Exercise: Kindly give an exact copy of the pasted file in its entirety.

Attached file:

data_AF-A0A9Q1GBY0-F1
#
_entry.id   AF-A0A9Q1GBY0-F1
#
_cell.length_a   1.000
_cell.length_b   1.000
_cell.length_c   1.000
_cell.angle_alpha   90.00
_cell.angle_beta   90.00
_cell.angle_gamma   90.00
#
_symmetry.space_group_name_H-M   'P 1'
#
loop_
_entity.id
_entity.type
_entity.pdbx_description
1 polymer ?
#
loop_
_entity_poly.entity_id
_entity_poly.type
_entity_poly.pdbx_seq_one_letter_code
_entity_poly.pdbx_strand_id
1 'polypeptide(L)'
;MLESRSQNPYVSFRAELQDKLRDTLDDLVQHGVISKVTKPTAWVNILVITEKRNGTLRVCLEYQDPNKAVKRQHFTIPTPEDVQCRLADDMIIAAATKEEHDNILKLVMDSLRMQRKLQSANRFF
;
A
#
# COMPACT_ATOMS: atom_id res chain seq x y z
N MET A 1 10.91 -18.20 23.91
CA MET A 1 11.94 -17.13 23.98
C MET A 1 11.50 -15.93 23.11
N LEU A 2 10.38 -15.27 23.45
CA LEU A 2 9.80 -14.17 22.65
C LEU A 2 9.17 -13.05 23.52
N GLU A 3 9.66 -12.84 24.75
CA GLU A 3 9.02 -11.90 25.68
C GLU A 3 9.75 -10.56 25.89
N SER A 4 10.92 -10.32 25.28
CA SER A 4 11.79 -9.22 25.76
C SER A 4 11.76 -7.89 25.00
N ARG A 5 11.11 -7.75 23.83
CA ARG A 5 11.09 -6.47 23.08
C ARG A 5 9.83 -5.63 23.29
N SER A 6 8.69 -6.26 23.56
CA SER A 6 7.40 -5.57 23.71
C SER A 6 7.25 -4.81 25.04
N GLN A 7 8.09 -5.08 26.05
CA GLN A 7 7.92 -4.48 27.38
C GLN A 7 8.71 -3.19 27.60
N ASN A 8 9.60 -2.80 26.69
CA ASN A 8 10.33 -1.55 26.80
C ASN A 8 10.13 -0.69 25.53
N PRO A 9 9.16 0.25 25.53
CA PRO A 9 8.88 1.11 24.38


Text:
data_AF-A0A9Q1GBY0-F1
#
_entry.id   AF-A0A9Q1GBY0-F1
#
_cell.length_a   1.000
_cell.length_b   1.000
_cell.length_c   1.000
_cell.angle_alpha   90.00
_cell.angle_beta   90.00
_cell.angle_gamma   90.00
#
_symmetry.space_group_name_H-M   'P 1'
#
loop_
_entity.id
_entity.type
_entity.pdbx_description
1 polymer ?
#
loop_
_entity_poly.entity_id
_entity_poly.type
_entity_poly.pdbx_seq_one_letter_code
_entity_poly.pdbx_strand_id
1 'polypeptide(L)'
;MLESRSQNPYVSFRAELQDKLRDTLDDLVQHGVISKVTKPTAWVNILVITEKRNGTLRVCLEYQDPNKAVKRQHFTIPTPEDVQCRLADDMIIAAATKEEHDNILKLVMDSLRMQRKLQSANRFF
;
A
#
# COMPACT_ATOMS: atom_id res chain seq x y z
N MET A 1 10.91 -18.20 23.91
CA MET A 1 11.94 -17.13 23.98
C MET A 1 11.50 -15.93 23.11
N LEU A 2 10.38 -15.27 23.45
CA LEU A 2 9.80 -14.17 22.65
C LEU A 2 9.17 -13.05 23.52
N GLU A 3 9.66 -12.84 24.75
CA GLU A 3 9.02 -11.90 25.68
C GLU A 3 9.75 -10.56 25.89
N SER A 4 10.92 -10.32 25.28
CA SER A 4 11.79 -9.22 25.76
C SER A 4 11.76 -7.89 25.00
N ARG A 5 11.11 -7.75 23.83
CA ARG A 5 11.09 -6.47 23.08
C ARG A 5 9.83 -5.63 23.29
N SER A 6 8.69 -6.26 23.56
CA SER A 6 7.40 -5.57 23.71
C SER A 6 7.25 -4.81 25.04
N GLN A 7 8.09 -5.08 26.05
CA GLN A 7 7.92 -4.48 27.38
C GLN A 7 8.71 -3.19 27.60
N ASN A 8 9.60 -2.80 26.69
CA ASN A 8 10.33 -1.55 26.80
C ASN A 8 10.13 -0.69 25.53
N PRO A 9 9.16 0.25 25.53
CA PRO A 9 8.88 1.11 24.38